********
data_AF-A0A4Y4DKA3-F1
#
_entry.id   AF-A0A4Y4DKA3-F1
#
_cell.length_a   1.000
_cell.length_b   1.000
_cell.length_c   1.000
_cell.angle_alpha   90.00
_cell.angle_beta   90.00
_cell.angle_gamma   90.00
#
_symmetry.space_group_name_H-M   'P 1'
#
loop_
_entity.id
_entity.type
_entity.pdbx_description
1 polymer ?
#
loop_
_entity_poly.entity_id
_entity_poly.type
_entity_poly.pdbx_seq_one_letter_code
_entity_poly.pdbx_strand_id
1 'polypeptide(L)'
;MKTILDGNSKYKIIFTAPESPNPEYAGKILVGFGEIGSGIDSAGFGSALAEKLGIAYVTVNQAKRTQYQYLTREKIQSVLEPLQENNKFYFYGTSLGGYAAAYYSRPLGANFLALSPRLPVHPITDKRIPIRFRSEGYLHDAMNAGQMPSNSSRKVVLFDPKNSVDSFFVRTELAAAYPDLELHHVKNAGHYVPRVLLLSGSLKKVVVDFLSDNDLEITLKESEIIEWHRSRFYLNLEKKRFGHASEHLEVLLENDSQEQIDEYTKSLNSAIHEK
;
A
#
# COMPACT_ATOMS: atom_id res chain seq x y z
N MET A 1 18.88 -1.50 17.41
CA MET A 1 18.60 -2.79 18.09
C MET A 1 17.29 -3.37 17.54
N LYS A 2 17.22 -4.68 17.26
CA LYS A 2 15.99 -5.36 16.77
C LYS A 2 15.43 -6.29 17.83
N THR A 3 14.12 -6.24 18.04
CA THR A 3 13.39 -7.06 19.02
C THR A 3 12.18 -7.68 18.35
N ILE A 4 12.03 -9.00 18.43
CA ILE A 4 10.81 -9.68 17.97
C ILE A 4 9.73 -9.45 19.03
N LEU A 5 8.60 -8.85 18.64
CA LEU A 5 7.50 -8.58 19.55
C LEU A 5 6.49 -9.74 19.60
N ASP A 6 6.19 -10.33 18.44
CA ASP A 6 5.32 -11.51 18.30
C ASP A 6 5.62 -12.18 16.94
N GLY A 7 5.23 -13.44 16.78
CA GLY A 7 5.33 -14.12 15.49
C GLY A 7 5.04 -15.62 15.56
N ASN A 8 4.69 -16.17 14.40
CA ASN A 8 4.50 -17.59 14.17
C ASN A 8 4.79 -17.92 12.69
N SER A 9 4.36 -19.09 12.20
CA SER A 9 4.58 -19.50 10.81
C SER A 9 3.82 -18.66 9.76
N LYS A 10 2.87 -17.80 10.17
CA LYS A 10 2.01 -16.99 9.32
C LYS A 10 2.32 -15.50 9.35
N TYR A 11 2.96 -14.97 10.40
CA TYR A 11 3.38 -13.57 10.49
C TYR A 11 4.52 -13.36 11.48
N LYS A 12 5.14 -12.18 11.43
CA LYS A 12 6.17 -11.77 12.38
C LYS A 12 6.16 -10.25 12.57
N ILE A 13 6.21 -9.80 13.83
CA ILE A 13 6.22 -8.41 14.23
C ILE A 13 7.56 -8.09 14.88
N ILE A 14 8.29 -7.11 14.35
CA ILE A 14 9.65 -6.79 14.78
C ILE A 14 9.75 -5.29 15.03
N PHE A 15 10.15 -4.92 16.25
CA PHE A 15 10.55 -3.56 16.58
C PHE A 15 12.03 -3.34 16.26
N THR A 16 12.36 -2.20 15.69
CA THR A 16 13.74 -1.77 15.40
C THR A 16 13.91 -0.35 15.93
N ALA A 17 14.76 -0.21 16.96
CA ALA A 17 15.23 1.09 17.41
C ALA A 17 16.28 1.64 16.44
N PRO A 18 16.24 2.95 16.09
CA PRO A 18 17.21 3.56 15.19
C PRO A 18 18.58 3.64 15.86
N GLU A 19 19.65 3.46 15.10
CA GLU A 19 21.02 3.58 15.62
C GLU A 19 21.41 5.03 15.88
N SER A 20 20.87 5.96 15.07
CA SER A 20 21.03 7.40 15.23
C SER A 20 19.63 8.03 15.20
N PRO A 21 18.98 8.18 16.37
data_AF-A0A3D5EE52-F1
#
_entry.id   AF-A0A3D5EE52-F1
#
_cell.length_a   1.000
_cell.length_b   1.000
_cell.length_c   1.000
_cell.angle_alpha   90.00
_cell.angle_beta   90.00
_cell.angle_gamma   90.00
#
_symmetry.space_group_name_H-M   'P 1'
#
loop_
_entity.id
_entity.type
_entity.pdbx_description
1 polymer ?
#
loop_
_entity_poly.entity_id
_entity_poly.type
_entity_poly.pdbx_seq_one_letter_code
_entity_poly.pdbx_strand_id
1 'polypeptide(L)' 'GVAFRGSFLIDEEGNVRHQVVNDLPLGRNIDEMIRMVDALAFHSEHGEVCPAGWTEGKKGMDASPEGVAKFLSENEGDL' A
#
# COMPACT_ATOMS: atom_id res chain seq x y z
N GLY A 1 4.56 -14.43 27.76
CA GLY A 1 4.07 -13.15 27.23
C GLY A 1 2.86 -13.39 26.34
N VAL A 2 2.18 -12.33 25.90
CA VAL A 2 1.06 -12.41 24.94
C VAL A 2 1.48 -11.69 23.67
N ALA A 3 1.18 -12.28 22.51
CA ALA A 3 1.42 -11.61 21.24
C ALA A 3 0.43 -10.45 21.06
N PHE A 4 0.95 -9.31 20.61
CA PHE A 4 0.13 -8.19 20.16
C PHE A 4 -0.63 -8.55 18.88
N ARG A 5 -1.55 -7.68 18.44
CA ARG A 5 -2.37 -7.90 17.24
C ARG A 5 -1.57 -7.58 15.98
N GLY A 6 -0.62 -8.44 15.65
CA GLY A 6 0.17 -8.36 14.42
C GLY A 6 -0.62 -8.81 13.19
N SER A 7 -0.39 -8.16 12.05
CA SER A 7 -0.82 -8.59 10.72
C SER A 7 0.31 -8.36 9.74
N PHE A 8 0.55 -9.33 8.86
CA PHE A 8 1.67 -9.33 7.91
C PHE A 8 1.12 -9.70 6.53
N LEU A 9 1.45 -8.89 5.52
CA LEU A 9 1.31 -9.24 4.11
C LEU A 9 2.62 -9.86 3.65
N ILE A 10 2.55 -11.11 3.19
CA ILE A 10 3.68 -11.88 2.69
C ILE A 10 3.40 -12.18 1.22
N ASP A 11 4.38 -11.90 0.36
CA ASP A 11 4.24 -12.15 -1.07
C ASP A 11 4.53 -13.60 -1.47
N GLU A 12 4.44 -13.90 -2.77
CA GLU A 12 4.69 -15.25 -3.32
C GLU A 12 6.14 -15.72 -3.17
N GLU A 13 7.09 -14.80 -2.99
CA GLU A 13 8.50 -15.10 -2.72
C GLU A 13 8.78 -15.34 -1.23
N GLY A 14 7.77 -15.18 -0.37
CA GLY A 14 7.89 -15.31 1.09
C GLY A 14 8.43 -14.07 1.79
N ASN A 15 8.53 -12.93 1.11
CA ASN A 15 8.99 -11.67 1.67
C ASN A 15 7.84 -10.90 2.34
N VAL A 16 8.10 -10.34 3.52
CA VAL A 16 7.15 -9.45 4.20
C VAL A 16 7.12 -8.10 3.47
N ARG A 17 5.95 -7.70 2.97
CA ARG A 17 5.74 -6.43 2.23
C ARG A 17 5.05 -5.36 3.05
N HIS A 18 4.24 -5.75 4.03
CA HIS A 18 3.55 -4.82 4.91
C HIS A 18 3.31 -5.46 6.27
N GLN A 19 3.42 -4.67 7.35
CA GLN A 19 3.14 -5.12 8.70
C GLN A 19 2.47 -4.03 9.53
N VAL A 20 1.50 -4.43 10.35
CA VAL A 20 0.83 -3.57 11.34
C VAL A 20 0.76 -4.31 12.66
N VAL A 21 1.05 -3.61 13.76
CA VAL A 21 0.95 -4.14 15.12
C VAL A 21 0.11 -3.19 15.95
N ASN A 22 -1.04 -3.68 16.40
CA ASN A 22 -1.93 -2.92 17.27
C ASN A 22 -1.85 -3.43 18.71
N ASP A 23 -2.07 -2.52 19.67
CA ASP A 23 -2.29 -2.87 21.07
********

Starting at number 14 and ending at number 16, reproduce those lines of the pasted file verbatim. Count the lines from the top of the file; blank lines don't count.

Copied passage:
loop_
_entity.id
_entity.type